By Sarah Mesterton-Gibbons, MA in Psycholinguistics, University of York
It is always nice when attending an event to feel immersed in the topic rather than feeling as if you are standing on the outside looking in. Language in particular is a topic that everyone should be able to relate to—and share experiences about—and I think the MiLL Network’s Hidden Meanings in Language Learning event provided both a relatable and immersive learning experience. The event took place in the Berrick Saul building on the University of York’s campus, and led attendees through multiple perspectives, making them language learners during the pre-talk language taster sessions, concerned citizens and educators during the talk on the state of language learning and policy in the UK, and then linguists again during the reception and stories shared afterwards.
I arrived at five thirty to attend the first part of the event, which was a language taster class. There were two options to choose from, Chinese and Italian, and I decided to try the Italian class, because I thought knowing how to pronounce the names of some of my favourite foods might come in handy! I was surprised at how much the other participants and I were taught in the space of forty-five minutes. We were given a crash course in pronunciation and were taught some basic questions and greetings. I especially enjoyed this portion of the event, because it reminded me what it is like to learn a new language, and was a good precursor to the talk that followed.
After the taster sessions, everyone headed into the auditorium for Rosamund Mitchell’s talk. She discussed the benefits of being bilingual, the need for language education and some of the main facets of foreign language learning policy in the UK today. It was the kind of talk that reaffirms a language teacher’s or linguist’s beliefs in the importance of language education, and at the same time highlights new ideas and research. It was also fascinating to find out how York schools are doing compared to the rest of the UK when it comes to language learning (they are doing well!). I very much enjoyed the audience participation during Mitchell’s explanation of spatial relations in different languages; we were asked to close our eyes and point in various directions (“Point south-east”), and it was at this moment that I—and I think quite a few people around me—realized that our sense of direction might not be very good!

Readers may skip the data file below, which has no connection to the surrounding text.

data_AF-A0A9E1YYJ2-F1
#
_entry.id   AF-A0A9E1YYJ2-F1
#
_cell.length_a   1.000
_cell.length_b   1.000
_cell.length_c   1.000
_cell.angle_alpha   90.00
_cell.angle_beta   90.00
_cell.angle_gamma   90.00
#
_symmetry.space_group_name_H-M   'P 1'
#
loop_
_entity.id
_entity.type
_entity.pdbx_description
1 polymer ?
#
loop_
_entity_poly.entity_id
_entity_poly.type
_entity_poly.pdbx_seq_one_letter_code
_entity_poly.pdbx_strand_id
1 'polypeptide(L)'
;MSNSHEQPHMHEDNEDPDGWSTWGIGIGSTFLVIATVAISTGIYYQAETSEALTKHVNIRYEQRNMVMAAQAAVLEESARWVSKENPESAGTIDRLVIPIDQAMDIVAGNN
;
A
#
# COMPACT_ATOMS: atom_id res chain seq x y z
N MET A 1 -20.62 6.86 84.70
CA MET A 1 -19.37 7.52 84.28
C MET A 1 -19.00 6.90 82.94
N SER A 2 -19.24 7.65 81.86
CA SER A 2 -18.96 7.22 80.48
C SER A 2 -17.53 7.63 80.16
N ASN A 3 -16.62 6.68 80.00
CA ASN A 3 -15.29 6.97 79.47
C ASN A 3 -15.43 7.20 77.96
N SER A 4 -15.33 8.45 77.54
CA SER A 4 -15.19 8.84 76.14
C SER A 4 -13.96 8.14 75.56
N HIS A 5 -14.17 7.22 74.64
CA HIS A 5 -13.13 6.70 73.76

The event concluded with a drinks reception and a number of small exhibits on language learning. My favourite was possibly the graffiti wall, which allowed attendees to write a story of a language learning experience and then post it on the wall. I added my own story and enjoyed reading about the similar experiences of others. There was also a video showing different people recounting their humorous stories of learning another language. I loved the video on tense and aspect in Spanish running on loop in one of the side rooms; it provided a clear and humorous introduction to the topic. As a starving postgrad student, I also have to comment on the high quality of the reception fare—plenty of wine and even vegetable crisps.
Overall the event gave a great introduction to the importance of learning languages, and some of the key issues in language policy today, as well as providing a very human side to the topic through the graffiti wall and videos of personal accounts of language experiences. Possibly my favourite aspect of the event though was how I could hear people continuing the conversation as they talked in pairs and small groups, sharing even more stories and weighing in on language policy. I had a fabulous time, and hope that the MILL Network hosts many more similar events in the future!